As a lawyer and a former federal judge, I made it clear when I headed both the F.B.I. and the C.I.A. that the rule of law would be paramount in all we did. While both agencies are staffed by imperfect human beings, the American people should understand that both agencies are composed of some of the most law-abiding, patriotic and dedicated people I have ever met. While their faces and actions are not seen by most Americans, rest assured that they are serving our country well.
I have complete confidence in Mr. Wray, and I know that the F.B.I. is not a broken institution. It is a professional agency worthy of respect and support. The derision and aspersions are dangerous and unwarranted.
I’m profoundly disappointed in another longtime, respected friend, Rudy Giuliani, who had spent his life defending our people from those who would do us harm. His activities of late concerning Ukraine have, at a minimum, failed the smell test of propriety. I hope he, like all of us, will redirect to our North Star, the rule of law, something so precious it is greater than any man or administration.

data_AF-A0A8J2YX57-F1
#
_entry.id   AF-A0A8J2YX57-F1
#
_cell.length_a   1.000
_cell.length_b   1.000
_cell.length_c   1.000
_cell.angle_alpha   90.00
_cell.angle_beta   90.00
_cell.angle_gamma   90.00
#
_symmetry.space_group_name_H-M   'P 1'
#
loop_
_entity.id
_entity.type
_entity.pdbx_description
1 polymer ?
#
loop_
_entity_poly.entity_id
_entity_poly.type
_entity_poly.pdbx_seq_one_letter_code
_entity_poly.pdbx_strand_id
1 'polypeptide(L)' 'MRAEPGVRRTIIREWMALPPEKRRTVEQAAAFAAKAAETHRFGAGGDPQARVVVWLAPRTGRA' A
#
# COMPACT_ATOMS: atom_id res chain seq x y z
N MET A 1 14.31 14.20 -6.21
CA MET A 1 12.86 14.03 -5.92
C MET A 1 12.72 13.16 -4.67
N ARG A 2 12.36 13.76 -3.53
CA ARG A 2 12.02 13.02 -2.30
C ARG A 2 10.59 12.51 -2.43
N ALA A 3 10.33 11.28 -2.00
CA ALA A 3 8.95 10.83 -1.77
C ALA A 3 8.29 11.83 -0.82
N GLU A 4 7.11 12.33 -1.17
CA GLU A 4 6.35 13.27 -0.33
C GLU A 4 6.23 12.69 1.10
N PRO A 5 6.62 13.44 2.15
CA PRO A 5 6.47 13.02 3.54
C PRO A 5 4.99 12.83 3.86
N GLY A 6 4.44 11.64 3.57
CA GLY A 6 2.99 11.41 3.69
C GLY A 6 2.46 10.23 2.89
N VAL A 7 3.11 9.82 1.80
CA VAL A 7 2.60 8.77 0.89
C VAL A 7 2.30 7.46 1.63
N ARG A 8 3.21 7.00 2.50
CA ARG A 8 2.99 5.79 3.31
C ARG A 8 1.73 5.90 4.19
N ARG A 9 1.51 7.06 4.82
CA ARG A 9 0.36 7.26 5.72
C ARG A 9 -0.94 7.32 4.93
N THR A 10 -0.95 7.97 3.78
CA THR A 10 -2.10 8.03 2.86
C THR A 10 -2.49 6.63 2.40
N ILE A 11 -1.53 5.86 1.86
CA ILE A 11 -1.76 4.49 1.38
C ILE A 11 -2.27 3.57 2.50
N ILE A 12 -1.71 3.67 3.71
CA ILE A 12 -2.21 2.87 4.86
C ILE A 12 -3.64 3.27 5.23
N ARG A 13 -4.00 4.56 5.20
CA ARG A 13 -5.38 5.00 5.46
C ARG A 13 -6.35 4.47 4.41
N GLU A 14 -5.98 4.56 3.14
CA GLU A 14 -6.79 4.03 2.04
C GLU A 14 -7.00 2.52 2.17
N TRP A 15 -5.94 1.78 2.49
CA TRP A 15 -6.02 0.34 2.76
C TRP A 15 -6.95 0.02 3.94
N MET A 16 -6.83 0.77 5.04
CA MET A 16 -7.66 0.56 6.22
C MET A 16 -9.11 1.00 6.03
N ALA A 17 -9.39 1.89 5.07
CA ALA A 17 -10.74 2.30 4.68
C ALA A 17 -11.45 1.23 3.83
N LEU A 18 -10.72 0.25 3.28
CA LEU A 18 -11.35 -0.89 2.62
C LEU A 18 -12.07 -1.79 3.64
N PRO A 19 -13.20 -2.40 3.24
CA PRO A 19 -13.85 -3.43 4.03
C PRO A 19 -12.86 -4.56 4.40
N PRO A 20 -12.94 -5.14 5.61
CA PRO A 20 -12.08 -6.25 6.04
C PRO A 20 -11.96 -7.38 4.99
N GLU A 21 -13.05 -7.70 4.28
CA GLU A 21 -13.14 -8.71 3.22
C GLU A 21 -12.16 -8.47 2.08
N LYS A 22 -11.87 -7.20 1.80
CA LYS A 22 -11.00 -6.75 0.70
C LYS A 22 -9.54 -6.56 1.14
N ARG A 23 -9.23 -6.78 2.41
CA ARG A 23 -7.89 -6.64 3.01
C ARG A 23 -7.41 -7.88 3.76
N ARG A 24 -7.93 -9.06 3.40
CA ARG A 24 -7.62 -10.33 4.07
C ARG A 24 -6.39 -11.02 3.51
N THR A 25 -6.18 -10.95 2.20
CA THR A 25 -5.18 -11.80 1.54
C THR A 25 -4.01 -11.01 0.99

This difficult moment demands the restoration of the proper place of the Department of Justice and the F.B.I. as bulwarks of law and order in America. This is not about politics. This is about the rule of law. Republicans and Democrats alike should defend it above all else.
In my nearly 96 years, I have seen our country rise above extraordinary challenges — the Great Depression, World War II, the Korean War, the Vietnam War, segregation, assassinations, the resignation of a president and 9/11, to name just a few.
I continue to believe in and pray for the ability of all Americans to overcome our differences and pursue the common good. Order protects liberty, and liberty protects order.
It is unfortunate that those individuals Webster names as “long time friend” and “respected friend” would be better seen as “former” friends. It is also worth recalling Rick Wilson’s assertion that “everything Trump touches dies.” Presumably that covers the moral character of Webster’s former friends.